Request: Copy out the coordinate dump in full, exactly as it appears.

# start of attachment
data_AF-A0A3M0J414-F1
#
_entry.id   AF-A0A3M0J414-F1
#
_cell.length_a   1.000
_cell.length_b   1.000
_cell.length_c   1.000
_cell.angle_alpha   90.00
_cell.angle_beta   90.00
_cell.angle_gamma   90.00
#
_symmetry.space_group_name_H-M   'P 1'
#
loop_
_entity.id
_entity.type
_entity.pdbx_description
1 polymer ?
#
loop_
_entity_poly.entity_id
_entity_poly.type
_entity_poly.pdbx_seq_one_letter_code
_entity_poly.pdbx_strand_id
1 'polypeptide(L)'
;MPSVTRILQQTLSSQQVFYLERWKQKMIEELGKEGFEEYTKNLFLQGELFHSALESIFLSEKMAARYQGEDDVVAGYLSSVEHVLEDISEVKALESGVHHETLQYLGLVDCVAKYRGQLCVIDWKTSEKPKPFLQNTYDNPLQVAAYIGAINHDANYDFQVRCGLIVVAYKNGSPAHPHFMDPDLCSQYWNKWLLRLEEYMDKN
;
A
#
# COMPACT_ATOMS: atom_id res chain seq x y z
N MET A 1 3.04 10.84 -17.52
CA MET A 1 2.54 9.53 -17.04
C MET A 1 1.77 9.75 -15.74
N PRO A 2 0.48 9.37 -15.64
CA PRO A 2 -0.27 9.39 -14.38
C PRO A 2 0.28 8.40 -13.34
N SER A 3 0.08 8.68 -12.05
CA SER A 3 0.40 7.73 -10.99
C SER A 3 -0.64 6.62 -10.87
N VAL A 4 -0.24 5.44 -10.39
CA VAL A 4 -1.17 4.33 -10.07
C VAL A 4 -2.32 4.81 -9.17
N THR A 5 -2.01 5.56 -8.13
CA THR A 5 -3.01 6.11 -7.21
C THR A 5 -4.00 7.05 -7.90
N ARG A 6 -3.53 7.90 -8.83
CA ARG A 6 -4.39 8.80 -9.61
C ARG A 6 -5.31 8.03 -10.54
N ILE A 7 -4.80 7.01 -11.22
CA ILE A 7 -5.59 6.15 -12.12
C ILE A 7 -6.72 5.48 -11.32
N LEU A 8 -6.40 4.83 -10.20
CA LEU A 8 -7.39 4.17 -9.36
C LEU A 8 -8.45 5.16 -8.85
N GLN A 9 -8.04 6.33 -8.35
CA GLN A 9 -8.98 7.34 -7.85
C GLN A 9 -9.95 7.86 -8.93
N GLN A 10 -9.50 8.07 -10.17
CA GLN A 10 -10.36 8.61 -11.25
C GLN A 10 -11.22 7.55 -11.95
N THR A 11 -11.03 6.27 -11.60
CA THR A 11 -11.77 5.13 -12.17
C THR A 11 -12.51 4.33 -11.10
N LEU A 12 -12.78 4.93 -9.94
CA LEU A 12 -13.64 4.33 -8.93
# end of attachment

data_AF-A0A3M0J414-F1
#
_entry.id   AF-A0A3M0J414-F1
#
_cell.length_a   1.000
_cell.length_b   1.000
_cell.length_c   1.000
_cell.angle_alpha   90.00
_cell.angle_beta   90.00
_cell.angle_gamma   90.00
#
_symmetry.space_group_name_H-M   'P 1'
#
loop_
_entity.id
_entity.type
_entity.pdbx_description
1 polymer ?
#
loop_
_entity_poly.entity_id
_entity_poly.type
_entity_poly.pdbx_seq_one_letter_code
_entity_poly.pdbx_strand_id
1 'polypeptide(L)'
;MPSVTRILQQTLSSQQVFYLERWKQKMIEELGKEGFEEYTKNLFLQGELFHSALESIFLSEKMAARYQGEDDVVAGYLSSVEHVLEDISEVKALESGVHHETLQYLGLVDCVAKYRGQLCVIDWKTSEKPKPFLQNTYDNPLQVAAYIGAINHDANYDFQVRCGLIVVAYKNGSPAHPHFMDPDLCSQYWNKWLLRLEEYMDKN
;
A
#
# COMPACT_ATOMS: atom_id res chain seq x y z
N MET A 1 3.04 10.84 -17.52
CA MET A 1 2.54 9.53 -17.04
C MET A 1 1.77 9.75 -15.74
N PRO A 2 0.48 9.37 -15.64
CA PRO A 2 -0.27 9.39 -14.38
C PRO A 2 0.28 8.40 -13.34
N SER A 3 0.08 8.68 -12.05
CA SER A 3 0.40 7.73 -10.99
C SER A 3 -0.64 6.62 -10.87
N VAL A 4 -0.24 5.44 -10.39
CA VAL A 4 -1.17 4.33 -10.07
C VAL A 4 -2.32 4.81 -9.17
N THR A 5 -2.01 5.56 -8.13
CA THR A 5 -3.01 6.11 -7.21
C THR A 5 -4.00 7.05 -7.90
N ARG A 6 -3.53 7.90 -8.83
CA ARG A 6 -4.39 8.80 -9.61
C ARG A 6 -5.31 8.03 -10.54
N ILE A 7 -4.80 7.01 -11.22
CA ILE A 7 -5.59 6.15 -12.12
C ILE A 7 -6.72 5.48 -11.32
N LEU A 8 -6.40 4.83 -10.20
CA LEU A 8 -7.39 4.17 -9.36
C LEU A 8 -8.45 5.16 -8.85
N GLN A 9 -8.04 6.33 -8.35
CA GLN A 9 -8.98 7.34 -7.85
C GLN A 9 -9.95 7.86 -8.93
N GLN A 10 -9.50 8.07 -10.17
CA GLN A 10 -10.36 8.61 -11.25
C GLN A 10 -11.22 7.55 -11.95
N THR A 11 -11.03 6.27 -11.60
CA THR A 11 -11.77 5.13 -12.17
C THR A 11 -12.51 4.33 -11.10
N LEU A 12 -12.78 4.93 -9.94
CA LEU A 12 -13.64 4.33 -8.93